By and by, he watched changes in the society; women were literally taking over in life. He watched as the education system declined. The values so vital in life were compromised so as to give way for democracy. This catalyzed the collapse of the education system. Achievement of equality would have incorporated men’s concerns. The feminist movement advocated for equality, yet they themselves were biased. They failed to recognize the need to empower men and bring about a balanced society. Men had been brainwashed to shy away from challenges and opportunities denied to them. The movement did not dare to allocate the same amount of effort towards ensuring a just society. Their way of defining justice excluded men in every possible way. It is such kind of an environment that men were being exposed to from the young to the old.
Liberalism brought about an era where the roles were no longer defined (Bloom, 1987). The worst thing about it, according to Allan Bloom, was the whole idea of neutralism. The people would no longer say that this and that role is carried out by men or women. It left these things to be interpreted depending on an individual. This lack of clear cut ideas was something Allan Bloom condemned. At least in the past, the roles and values were clearly defined. Nothing had been left void, ensuring that the totality of human growth was achieved. The political atmosphere of the day favored development and growth of feminist movement. Their cry was heard, even when their concerns were irrational and inconsiderate. The women’s activities were also given a lot of exposure by the media. This reinforced their efforts and made the movement take strong roots in the society (Bloom, 1987).The feminist movements would not compromise on anything unless their demands were met. The bid to be liberal, free and empowered would be achieved any way. It did not matter what would be passed on to the students. In such an era, women needed democracy; and they got it somehow. The end result was a feminist approach to almost everything. The desire to be a real man did not look as attractive. To assert oneself as a man was seen as a wrong. Every man had to consider equality and democracy before taking on any activity. According to Allan Bloom, feminism movements brought about terror. He did not see a place of rescue. His career looked threatened, and so was the education system. Women were going to intoxicate the system with their feminist ideas. The decline of open minds, as far as he was concerned, was expected. If no stern measures were taken, the future of the system would never be assured.
In the end, Allan Bloom points out for the need to go back to the roots (Bloom, 1987). The students are finally realizing that they are no longer marketable in the job arena. They are victims of a system that crippled their very capacity to get good jobs. They are supposed to ensure that they can fit in any sector of the economy, yet the system denied them that chance. In the decades past, everyone is yearning for a sane system. The void left must be filled, even though it would be hard to reverse the situation as it was before the sixties. He proposes that the education system must constructively include all the subjects that were removed during the sixties. Inclusion of some of the key elements advocated for by the ancient philosophers and professors would go a long way in ensuring that education is given the quality it deserves. The need to ensure that there is a definitive development of curriculum is of great importance (Bloom, 1987). The sixties did not define anything; rather, everybody filled the void with whatever they willed. Today, things such as specialization must be endorsed. When any individual graduates from the university, they should be ready to define who they are and what exactly they have been trained to do. Politics and democracy should only be allowed to prevail if they are meant for the common good of the citizens. Any political alignment that denies students a chance to become elite is not good for them. The failure of the sixties should be something to learn from. When students decide that other agendas are of more importance than the training they ought to receive, then they deny themselves the chance to become elite.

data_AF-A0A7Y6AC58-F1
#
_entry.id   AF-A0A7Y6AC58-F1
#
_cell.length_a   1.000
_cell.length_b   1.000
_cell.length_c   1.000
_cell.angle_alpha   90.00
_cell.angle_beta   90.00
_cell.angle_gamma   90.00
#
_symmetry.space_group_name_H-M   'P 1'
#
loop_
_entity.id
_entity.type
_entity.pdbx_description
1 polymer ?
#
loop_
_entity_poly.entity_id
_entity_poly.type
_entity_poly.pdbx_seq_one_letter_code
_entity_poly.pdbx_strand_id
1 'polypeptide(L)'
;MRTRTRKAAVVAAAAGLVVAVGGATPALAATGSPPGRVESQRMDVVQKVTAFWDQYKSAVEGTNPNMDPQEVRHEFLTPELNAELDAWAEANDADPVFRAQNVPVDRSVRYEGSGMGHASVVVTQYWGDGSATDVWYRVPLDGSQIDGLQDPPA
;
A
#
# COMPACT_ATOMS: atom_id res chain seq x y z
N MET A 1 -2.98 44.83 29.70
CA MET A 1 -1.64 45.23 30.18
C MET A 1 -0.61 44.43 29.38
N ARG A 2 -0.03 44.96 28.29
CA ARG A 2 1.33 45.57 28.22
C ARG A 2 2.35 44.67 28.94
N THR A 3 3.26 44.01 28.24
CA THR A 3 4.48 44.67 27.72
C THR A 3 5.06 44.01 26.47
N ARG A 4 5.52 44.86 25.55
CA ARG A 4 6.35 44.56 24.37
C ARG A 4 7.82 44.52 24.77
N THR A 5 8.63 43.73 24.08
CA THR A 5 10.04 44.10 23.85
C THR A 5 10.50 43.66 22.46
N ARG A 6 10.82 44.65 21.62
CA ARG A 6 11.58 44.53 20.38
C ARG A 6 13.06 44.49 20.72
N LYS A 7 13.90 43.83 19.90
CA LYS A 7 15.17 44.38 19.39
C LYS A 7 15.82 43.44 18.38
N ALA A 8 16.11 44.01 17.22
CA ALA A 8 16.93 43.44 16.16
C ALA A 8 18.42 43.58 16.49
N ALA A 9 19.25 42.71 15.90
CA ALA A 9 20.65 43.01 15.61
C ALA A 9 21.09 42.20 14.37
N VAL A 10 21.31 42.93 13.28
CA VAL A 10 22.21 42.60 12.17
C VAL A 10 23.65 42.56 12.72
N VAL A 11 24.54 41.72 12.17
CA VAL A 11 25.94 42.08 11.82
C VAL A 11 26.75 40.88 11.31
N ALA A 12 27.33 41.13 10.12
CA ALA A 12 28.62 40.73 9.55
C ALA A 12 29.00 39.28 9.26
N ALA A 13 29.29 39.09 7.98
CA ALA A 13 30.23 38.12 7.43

Liberal education must be shunned (Bloom, 1987). The content that it eliminates is the very reason for an open mind. The solutions that the society looked for, some too complex, only arrived at through some of the elements the system eliminated. To carefully include them into the system would be the only solution to the needy society. This is the kind of situation that the entire country had turned to. There was a lot of desire for knowledge and balance in the society, but the approach overlooked the desirable logic that was required to put everything in place in enlightening the American people. According to West (2007), such a scenario is what prompts Bloom to profess the closing of the American mind. Apparently, there was no room to effectively bring out the desired change in the American society.